Workflow for Second-Generation Packages
So, now we are all set to get some hands-on 2GP.
Create SFDX Project and Auth DevHub
To get started, you will need to create a new directory on your Dev machine.
Include the —-setdefaultdevhubusername option while carrying out this step. After that, when executing additional Salesforce CLI tasks, you can omit the Dev Hub username.
Create Scratch Org (Dev Edition can also work)
Check sure every component of the package is present in the project directory where you wish to create it. You must add at least one piece of metadata before moving on to the next phase if you are testing out the exact steps and commands in this workflow.
Push code to Scratch Org
Run the command: From the Salesforce DX project directory,
Create the Package
For each package, the following command only has to be run once. Even though we claim that customers install packages the majority of the time, they really install versions.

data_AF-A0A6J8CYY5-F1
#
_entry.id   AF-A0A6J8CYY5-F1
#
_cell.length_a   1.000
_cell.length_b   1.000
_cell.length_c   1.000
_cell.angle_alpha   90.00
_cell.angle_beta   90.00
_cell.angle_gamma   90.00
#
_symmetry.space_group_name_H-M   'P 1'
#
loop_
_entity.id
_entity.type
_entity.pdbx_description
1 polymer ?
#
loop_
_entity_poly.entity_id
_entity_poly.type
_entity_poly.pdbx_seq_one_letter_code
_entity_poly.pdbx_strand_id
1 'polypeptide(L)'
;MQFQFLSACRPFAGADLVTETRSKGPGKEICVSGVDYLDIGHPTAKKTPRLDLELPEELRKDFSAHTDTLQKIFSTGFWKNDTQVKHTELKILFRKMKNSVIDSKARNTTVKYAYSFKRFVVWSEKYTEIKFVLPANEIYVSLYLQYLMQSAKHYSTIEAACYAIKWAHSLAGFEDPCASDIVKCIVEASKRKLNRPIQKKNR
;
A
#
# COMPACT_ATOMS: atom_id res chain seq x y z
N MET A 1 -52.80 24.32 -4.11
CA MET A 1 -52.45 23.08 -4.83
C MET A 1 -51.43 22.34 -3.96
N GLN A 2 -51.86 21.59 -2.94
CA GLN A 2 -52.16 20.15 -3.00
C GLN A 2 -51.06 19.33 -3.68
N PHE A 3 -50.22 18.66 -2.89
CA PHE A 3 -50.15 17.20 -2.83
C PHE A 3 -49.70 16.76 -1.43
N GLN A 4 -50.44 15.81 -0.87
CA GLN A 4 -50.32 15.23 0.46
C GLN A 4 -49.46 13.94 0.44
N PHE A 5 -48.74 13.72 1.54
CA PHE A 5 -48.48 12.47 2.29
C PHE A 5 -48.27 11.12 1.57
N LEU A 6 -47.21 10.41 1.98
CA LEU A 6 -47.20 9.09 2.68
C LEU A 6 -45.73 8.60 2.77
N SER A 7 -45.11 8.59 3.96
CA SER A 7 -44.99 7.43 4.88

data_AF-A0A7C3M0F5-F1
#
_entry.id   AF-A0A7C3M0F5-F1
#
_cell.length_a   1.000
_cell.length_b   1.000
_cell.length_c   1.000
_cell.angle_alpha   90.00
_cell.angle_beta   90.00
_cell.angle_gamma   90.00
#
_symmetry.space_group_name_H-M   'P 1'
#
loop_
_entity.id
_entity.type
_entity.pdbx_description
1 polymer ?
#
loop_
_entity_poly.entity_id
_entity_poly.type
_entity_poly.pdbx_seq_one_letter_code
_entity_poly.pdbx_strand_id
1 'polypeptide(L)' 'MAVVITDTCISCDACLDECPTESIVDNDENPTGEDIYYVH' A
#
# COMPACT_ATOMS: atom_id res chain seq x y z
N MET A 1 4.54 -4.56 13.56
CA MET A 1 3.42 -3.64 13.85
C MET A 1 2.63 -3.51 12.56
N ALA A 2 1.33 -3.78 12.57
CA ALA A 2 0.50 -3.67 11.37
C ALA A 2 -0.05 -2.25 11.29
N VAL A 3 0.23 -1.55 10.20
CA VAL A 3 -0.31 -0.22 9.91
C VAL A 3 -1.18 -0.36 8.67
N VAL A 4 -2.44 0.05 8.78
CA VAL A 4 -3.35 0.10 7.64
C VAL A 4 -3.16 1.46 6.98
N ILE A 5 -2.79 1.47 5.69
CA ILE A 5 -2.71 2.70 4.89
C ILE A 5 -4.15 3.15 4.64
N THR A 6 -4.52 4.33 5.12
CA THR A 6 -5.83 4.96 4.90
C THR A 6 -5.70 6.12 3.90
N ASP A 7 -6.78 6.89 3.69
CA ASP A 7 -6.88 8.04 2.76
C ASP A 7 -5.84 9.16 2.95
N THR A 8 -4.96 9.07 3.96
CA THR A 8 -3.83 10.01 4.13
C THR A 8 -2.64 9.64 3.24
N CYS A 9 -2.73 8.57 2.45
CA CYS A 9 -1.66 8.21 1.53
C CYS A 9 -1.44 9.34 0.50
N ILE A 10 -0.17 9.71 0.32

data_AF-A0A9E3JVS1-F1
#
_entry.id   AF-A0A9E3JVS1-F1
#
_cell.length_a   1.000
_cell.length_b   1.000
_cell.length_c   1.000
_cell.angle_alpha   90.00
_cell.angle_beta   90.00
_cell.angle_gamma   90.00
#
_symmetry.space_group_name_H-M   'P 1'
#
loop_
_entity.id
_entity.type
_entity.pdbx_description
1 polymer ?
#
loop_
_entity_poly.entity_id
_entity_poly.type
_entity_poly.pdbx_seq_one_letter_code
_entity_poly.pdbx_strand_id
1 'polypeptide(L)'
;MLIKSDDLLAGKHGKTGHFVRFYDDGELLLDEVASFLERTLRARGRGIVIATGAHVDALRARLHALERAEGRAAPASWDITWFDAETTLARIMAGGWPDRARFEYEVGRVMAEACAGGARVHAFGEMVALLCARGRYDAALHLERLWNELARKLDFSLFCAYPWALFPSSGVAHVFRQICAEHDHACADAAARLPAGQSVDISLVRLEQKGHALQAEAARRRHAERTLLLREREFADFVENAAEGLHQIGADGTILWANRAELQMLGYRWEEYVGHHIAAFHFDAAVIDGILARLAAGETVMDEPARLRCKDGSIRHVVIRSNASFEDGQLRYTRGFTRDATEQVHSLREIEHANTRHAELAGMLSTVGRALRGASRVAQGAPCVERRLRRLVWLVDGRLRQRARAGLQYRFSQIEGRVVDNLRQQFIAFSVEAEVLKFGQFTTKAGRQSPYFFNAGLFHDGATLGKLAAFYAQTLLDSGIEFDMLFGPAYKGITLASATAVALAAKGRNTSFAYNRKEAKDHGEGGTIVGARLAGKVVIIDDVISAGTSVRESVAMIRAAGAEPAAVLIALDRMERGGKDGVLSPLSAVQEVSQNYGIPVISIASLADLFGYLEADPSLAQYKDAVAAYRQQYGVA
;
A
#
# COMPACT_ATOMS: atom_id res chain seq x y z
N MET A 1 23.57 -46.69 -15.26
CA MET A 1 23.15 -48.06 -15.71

One more Dev Edition/Sandbox/Scratch Org, for installs.
You may already have a Dev edition org that you can use to install the package we’re experimenting with. If not, you’ll need to create one. Avoid doing this in Production… As a precaution. You’ve been forewarned.
Review your sfdx-project.json file. The CLI generates an alias using the package name and automatically modifies the project file to include the package directory.
Notice the placeholder values for versionName and versionNumber. You can update these values or indicate the base packages that this package depends on. Your generated namespace will be visible in your project file.
Create a package version